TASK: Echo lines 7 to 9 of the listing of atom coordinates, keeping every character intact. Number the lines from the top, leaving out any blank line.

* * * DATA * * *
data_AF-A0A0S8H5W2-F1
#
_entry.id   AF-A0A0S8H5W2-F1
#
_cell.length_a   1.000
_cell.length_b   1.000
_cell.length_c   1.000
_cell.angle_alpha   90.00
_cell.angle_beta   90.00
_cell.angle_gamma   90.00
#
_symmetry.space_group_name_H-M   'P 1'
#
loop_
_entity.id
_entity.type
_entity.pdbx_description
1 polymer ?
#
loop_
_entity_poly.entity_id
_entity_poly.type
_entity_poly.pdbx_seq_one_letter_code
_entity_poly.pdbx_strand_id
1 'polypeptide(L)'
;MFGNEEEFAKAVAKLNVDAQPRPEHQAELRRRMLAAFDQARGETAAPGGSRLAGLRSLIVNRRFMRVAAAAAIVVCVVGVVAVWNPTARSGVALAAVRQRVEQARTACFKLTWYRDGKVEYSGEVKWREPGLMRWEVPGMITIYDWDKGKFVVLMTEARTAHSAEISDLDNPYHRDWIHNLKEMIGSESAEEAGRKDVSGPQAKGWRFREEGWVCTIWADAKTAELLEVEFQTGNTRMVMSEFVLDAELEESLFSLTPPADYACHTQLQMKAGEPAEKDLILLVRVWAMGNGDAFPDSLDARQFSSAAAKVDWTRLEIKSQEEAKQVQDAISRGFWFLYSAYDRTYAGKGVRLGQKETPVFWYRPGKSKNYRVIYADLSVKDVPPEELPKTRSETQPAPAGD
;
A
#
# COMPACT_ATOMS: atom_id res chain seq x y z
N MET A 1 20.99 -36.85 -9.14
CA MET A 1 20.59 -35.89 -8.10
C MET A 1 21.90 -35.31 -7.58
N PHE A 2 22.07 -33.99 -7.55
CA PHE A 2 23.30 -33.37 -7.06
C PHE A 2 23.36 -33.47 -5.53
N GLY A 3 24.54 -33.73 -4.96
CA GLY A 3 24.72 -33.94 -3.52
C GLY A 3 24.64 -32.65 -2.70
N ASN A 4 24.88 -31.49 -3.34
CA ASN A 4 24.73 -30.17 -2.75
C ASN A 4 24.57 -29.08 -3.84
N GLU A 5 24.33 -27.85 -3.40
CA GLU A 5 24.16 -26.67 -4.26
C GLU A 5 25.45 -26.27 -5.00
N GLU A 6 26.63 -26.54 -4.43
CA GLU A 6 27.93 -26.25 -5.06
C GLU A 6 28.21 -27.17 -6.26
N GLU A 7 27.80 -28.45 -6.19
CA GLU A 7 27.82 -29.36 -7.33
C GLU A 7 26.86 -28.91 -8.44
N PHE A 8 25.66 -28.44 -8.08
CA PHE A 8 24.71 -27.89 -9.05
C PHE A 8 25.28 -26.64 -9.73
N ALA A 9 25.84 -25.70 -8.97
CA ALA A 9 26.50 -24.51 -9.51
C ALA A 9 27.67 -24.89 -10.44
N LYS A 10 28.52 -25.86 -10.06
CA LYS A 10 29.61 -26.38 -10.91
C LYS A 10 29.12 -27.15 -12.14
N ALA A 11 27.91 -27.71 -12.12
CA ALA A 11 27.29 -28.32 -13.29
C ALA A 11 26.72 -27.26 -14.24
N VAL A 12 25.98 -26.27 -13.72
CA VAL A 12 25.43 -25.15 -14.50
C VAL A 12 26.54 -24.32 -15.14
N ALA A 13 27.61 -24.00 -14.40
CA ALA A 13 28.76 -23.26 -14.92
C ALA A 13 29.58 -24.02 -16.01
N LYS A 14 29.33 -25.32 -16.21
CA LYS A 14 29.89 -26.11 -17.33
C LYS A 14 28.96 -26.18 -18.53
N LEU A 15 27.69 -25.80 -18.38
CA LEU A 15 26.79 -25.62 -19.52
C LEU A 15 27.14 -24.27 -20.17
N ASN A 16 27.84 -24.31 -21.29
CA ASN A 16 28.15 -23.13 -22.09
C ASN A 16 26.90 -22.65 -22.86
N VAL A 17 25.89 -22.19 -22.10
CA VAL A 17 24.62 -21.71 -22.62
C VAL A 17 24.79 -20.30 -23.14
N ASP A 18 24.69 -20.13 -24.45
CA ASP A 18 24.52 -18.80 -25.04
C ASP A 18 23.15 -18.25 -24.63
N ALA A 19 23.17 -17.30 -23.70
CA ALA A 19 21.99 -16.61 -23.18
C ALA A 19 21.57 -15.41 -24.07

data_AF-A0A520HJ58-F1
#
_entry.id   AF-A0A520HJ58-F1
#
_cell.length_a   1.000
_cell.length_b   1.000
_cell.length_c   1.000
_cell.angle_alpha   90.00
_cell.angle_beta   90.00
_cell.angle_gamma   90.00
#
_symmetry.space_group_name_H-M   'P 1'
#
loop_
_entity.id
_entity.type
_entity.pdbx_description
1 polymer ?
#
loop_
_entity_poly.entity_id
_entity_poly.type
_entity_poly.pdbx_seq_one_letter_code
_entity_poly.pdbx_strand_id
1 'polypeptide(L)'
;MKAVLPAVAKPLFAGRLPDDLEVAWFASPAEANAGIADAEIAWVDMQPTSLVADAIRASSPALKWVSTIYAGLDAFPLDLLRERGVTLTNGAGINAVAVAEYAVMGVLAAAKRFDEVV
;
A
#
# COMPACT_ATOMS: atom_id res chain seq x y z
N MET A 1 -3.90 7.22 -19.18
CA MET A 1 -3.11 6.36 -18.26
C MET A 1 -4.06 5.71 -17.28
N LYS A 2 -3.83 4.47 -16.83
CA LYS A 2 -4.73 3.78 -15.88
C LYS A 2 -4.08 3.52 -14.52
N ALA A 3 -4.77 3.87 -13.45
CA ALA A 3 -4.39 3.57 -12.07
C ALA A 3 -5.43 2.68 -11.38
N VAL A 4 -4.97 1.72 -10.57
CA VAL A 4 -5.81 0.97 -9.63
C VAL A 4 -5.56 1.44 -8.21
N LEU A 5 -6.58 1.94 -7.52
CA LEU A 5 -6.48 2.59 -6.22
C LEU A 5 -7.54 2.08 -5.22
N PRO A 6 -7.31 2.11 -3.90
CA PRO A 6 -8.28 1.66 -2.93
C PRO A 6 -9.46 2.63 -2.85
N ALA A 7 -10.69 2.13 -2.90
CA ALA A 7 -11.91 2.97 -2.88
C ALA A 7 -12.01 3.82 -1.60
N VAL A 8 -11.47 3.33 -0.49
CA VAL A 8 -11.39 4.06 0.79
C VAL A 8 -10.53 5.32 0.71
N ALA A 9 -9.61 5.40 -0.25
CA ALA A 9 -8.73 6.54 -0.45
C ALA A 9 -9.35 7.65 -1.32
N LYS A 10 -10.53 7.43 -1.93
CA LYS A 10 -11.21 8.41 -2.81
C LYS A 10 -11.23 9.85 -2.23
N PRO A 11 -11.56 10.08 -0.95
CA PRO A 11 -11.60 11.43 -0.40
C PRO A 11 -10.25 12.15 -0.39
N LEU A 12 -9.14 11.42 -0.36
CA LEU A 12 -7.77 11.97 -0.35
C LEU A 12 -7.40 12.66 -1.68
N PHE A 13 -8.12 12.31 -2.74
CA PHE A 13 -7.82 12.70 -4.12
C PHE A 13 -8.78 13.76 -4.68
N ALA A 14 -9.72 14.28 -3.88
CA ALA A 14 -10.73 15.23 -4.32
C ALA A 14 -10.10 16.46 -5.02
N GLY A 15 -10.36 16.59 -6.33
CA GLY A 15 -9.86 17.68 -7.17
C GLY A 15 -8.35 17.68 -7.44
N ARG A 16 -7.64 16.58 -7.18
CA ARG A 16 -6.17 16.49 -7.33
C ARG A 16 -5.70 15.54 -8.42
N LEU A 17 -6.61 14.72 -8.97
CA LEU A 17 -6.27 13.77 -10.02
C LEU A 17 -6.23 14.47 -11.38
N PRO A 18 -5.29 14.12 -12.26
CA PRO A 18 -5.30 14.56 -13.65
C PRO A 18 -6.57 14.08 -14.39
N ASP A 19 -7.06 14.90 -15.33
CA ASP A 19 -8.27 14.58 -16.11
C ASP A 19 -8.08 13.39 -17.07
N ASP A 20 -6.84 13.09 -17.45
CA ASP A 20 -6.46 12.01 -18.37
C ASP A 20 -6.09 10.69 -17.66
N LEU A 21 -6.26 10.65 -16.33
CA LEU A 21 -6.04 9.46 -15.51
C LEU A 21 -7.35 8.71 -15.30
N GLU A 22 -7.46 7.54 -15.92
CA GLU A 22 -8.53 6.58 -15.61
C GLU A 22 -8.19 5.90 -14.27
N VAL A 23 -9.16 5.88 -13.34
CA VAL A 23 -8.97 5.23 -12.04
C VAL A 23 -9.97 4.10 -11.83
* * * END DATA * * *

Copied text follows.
_cell.length_c   1.000
_cell.angle_alpha   90.00
_cell.angle_beta   90.00